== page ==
• “Distributing Intelligence and Organizing Diversity in New Media Projects.” (with Monique Girard) Environment and Planning A, vol. 34, no 11, November 2002, pp. 1927–1949. ISSN 0308-518X
  • “Ambiguous Assets for Uncertain Environments: Heterarchy in Postsocialist Firms,” In Paul DiMaggio, ed., The Twenty-First-Century Firm: Changing Economic Organization in International Perspective. Princeton University Press, 2001, pp. 69–104. ISBN 978-0-691-11631-0
  • "Recombinant Property in East European Capitalism." American Journal of Sociology. January 1996, vol. 101, no. 4, pp. 993–1027.

Books[edit]

  • Postsocialist Pathways: Transforming Politics and Property in East Central Europe (with László Bruszt). New York and Cambridge: Cambridge University Press, 1998 ISBN 978-0-521-58035-9
  • Restructuring Networks in Postsocialism: Legacies, Linkages, and Localities (Co-editor with Gernot Grabher), London and New York: Oxford University Press, 1997. ISBN 978-0-19-829020-9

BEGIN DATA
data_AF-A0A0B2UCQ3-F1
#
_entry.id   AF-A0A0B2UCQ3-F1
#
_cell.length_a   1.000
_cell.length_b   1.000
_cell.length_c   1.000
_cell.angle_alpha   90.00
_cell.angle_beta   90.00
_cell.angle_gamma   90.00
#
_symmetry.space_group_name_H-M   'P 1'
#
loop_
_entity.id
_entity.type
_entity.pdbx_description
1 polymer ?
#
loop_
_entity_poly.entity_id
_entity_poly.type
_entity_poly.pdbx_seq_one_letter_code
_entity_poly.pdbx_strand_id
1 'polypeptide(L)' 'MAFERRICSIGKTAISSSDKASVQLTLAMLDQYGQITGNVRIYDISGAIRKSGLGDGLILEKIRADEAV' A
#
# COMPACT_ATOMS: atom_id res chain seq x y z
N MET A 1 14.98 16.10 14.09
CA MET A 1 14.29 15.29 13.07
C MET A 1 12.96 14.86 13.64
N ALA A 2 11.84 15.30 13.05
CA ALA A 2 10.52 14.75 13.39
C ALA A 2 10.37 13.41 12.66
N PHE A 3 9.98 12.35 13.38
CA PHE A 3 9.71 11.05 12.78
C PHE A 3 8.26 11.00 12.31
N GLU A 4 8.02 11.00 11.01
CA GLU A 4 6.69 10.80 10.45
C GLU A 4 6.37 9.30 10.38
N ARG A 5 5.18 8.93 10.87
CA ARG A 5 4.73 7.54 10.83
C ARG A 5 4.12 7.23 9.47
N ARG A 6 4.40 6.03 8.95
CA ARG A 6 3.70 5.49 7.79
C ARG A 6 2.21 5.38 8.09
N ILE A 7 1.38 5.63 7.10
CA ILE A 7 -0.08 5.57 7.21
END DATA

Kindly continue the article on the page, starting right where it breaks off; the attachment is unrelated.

• Remaking the Economic Institutions of Socialism: China and Eastern Europe (Co-editor with Victor Nee), Stanford: Stanford University Press, 1989. ISBN 978-0-8047-1495-2
  • The Sense of Dissonance: Accounts of Worth in Economic Life, Princeton University Press, 2009.

References[edit]

  1. ^ a b "Stark, David". Netherlands Institute for Advanced Study. March 27, 2013. Retrieved September 18, 2013. 
    • a "David Charles Stark, born in Enid, Oklahoma, USA, in 1950."
  2. ^ Stark, David (2009). The Sense of Dissonance: Accounts of Worth in Economic Life. Princeton and Oxford: Princeton University Press. 

External links[edit]